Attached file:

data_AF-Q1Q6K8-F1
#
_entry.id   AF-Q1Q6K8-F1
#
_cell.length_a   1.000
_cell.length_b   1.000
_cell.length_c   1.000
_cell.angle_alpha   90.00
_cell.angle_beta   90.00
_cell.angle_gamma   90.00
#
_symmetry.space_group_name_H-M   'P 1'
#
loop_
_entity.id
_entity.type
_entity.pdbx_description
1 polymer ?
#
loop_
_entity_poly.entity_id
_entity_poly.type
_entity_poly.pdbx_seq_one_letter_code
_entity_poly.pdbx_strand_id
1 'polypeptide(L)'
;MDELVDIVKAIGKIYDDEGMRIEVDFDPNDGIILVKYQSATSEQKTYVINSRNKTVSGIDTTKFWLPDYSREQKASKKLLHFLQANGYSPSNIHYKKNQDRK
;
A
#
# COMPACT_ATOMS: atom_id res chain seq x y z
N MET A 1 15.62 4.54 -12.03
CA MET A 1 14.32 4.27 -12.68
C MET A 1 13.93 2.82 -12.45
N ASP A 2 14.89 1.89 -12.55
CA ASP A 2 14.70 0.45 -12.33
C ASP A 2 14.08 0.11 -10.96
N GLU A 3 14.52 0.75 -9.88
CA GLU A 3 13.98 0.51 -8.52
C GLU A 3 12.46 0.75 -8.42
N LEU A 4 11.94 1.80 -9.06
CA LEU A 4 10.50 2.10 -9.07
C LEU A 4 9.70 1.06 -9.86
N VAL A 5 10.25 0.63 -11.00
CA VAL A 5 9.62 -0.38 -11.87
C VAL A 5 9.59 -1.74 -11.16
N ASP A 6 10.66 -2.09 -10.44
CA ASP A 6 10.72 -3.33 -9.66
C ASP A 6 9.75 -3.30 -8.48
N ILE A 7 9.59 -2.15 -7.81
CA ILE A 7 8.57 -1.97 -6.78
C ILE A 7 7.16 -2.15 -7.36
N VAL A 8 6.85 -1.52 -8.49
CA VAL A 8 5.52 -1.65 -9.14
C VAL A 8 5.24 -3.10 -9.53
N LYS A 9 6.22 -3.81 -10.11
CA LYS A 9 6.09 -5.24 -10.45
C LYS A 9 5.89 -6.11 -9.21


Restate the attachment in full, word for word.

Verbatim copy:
data_AF-Q1Q6K8-F1
#
_entry.id   AF-Q1Q6K8-F1
#
_cell.length_a   1.000
_cell.length_b   1.000
_cell.length_c   1.000
_cell.angle_alpha   90.00
_cell.angle_beta   90.00
_cell.angle_gamma   90.00
#
_symmetry.space_group_name_H-M   'P 1'
#
loop_
_entity.id
_entity.type
_entity.pdbx_description
1 polymer ?
#
loop_
_entity_poly.entity_id
_entity_poly.type
_entity_poly.pdbx_seq_one_letter_code
_entity_poly.pdbx_strand_id
1 'polypeptide(L)'
;MDELVDIVKAIGKIYDDEGMRIEVDFDPNDGIILVKYQSATSEQKTYVINSRNKTVSGIDTTKFWLPDYSREQKASKKLLHFLQANGYSPSNIHYKKNQDRK
;
A
#
# COMPACT_ATOMS: atom_id res chain seq x y z
N MET A 1 15.62 4.54 -12.03
CA MET A 1 14.32 4.27 -12.68
C MET A 1 13.93 2.82 -12.45
N ASP A 2 14.89 1.89 -12.55
CA ASP A 2 14.70 0.45 -12.33
C ASP A 2 14.08 0.11 -10.96
N GLU A 3 14.52 0.75 -9.88
CA GLU A 3 13.98 0.51 -8.52
C GLU A 3 12.46 0.75 -8.42
N LEU A 4 11.94 1.80 -9.06
CA LEU A 4 10.50 2.10 -9.07
C LEU A 4 9.70 1.06 -9.86
N VAL A 5 10.25 0.63 -11.00
CA VAL A 5 9.62 -0.38 -11.87
C VAL A 5 9.59 -1.74 -11.16
N ASP A 6 10.66 -2.09 -10.44
CA ASP A 6 10.72 -3.33 -9.66
C ASP A 6 9.75 -3.30 -8.48
N ILE A 7 9.59 -2.15 -7.81
CA ILE A 7 8.57 -1.97 -6.78
C ILE A 7 7.16 -2.15 -7.36
N VAL A 8 6.85 -1.52 -8.49
CA VAL A 8 5.52 -1.65 -9.14
C VAL A 8 5.24 -3.10 -9.53
N LYS A 9 6.22 -3.81 -10.11
CA LYS A 9 6.09 -5.24 -10.45
C LYS A 9 5.89 -6.11 -9.21